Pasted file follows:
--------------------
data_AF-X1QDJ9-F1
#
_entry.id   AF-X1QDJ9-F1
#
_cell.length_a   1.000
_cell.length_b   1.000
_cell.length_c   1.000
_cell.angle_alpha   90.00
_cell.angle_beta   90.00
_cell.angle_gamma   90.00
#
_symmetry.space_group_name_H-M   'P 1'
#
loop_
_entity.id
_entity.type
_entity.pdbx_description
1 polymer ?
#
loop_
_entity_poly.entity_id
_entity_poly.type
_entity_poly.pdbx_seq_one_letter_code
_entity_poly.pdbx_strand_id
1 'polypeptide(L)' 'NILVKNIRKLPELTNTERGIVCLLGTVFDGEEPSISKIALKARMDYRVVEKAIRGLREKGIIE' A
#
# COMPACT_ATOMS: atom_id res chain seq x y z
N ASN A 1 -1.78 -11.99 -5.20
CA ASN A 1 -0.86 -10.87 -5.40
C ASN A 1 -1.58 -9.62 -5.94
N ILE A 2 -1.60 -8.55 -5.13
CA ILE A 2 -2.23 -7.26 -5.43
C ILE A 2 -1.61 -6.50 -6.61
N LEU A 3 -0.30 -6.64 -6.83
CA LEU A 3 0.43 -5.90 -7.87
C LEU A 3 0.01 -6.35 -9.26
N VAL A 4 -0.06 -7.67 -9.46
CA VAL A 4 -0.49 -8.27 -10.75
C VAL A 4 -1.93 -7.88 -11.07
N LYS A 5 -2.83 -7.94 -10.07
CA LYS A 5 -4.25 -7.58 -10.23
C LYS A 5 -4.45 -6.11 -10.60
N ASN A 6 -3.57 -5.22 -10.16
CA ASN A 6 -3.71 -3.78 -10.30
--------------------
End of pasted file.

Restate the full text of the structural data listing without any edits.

data_AF-X1QDJ9-F1
#
_entry.id   AF-X1QDJ9-F1
#
_cell.length_a   1.000
_cell.length_b   1.000
_cell.length_c   1.000
_cell.angle_alpha   90.00
_cell.angle_beta   90.00
_cell.angle_gamma   90.00
#
_symmetry.space_group_name_H-M   'P 1'
#
loop_
_entity.id
_entity.type
_entity.pdbx_description
1 polymer ?
#
loop_
_entity_poly.entity_id
_entity_poly.type
_entity_poly.pdbx_seq_one_letter_code
_entity_poly.pdbx_strand_id
1 'polypeptide(L)' 'NILVKNIRKLPELTNTERGIVCLLGTVFDGEEPSISKIALKARMDYRVVEKAIRGLREKGIIE' A
#
# COMPACT_ATOMS: atom_id res chain seq x y z
N ASN A 1 -1.78 -11.99 -5.20
CA ASN A 1 -0.86 -10.87 -5.40
C ASN A 1 -1.58 -9.62 -5.94
N ILE A 2 -1.60 -8.55 -5.13
CA ILE A 2 -2.23 -7.26 -5.43
C ILE A 2 -1.61 -6.50 -6.61
N LEU A 3 -0.30 -6.64 -6.83
CA LEU A 3 0.43 -5.90 -7.87
C LEU A 3 0.01 -6.35 -9.26
N VAL A 4 -0.06 -7.67 -9.46
CA VAL A 4 -0.49 -8.27 -10.75
C VAL A 4 -1.93 -7.88 -11.07
N LYS A 5 -2.83 -7.94 -10.07
CA LYS A 5 -4.25 -7.58 -10.23
C LYS A 5 -4.45 -6.11 -10.60
N ASN A 6 -3.57 -5.22 -10.16
CA ASN A 6 -3.71 -3.78 -10.30